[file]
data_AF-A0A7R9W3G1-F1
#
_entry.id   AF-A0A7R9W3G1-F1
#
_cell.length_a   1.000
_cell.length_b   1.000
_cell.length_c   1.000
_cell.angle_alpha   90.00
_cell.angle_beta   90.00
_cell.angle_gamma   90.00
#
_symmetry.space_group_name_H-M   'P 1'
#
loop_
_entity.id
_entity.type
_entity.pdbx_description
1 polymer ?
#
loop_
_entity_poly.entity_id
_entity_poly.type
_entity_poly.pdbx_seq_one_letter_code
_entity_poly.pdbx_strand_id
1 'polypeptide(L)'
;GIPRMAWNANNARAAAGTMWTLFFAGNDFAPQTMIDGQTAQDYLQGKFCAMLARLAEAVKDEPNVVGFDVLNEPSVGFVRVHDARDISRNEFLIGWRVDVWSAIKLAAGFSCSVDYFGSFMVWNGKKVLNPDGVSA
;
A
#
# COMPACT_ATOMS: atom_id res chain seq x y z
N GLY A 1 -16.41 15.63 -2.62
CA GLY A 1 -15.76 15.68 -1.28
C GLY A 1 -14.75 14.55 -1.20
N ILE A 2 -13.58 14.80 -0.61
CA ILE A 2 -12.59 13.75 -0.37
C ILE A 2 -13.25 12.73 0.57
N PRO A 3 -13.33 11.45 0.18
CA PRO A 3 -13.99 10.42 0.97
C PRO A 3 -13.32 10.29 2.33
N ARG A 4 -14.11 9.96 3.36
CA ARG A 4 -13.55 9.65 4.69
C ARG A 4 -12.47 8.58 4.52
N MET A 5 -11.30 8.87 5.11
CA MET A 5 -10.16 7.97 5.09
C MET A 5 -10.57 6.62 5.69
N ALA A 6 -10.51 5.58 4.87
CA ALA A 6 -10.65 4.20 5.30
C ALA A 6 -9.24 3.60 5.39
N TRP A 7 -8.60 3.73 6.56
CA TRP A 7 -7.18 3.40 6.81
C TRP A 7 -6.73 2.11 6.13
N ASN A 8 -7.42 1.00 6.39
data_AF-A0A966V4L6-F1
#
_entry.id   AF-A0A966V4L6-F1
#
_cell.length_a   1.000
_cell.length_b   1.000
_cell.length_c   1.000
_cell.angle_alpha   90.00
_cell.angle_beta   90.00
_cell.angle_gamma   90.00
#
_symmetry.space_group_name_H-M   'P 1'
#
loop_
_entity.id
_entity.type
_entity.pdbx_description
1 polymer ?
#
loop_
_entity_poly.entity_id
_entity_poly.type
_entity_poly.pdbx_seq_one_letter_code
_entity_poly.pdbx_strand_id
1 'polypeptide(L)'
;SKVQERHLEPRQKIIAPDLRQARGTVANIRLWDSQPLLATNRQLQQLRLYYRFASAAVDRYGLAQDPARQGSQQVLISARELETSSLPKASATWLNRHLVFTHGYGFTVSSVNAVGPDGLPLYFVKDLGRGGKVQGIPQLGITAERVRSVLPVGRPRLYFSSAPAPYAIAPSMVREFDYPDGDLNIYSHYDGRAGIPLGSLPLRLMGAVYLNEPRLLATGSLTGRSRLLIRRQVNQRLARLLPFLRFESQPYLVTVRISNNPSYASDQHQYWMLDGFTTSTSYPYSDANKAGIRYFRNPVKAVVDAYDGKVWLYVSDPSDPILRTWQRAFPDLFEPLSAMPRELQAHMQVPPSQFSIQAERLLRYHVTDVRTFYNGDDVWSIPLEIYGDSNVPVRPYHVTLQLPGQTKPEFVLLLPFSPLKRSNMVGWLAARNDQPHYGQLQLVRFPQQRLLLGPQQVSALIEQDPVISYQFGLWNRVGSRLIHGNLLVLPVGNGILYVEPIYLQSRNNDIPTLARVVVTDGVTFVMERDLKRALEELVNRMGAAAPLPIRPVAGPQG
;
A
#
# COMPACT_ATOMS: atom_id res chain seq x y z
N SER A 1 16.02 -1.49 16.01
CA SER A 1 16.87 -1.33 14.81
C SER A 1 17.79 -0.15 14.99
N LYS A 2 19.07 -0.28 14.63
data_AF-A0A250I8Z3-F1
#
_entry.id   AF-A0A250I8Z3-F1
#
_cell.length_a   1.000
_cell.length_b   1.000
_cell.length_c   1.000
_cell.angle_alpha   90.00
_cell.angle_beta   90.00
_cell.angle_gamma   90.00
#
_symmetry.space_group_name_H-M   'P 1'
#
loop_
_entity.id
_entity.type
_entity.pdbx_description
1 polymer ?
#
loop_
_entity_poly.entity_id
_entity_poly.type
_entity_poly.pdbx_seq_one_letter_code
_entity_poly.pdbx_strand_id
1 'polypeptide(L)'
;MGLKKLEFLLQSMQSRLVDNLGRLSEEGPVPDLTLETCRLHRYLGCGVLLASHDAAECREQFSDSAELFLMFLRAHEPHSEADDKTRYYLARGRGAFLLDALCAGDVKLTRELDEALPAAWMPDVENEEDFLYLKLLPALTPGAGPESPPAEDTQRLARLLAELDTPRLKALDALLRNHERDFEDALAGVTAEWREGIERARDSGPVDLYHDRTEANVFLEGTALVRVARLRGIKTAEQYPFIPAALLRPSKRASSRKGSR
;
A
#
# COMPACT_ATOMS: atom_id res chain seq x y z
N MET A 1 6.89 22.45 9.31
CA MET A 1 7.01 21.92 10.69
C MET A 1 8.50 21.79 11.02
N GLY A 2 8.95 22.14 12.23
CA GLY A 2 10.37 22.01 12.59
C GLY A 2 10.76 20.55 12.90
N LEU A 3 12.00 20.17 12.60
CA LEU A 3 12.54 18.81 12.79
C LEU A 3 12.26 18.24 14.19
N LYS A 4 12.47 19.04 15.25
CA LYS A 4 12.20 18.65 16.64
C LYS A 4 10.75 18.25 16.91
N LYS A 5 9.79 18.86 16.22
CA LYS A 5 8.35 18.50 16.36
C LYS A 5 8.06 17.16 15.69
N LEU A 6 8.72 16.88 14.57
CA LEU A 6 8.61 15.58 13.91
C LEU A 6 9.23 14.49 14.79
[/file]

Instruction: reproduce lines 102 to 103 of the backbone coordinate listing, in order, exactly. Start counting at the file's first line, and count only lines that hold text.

_entity.type
_entity.pdbx_description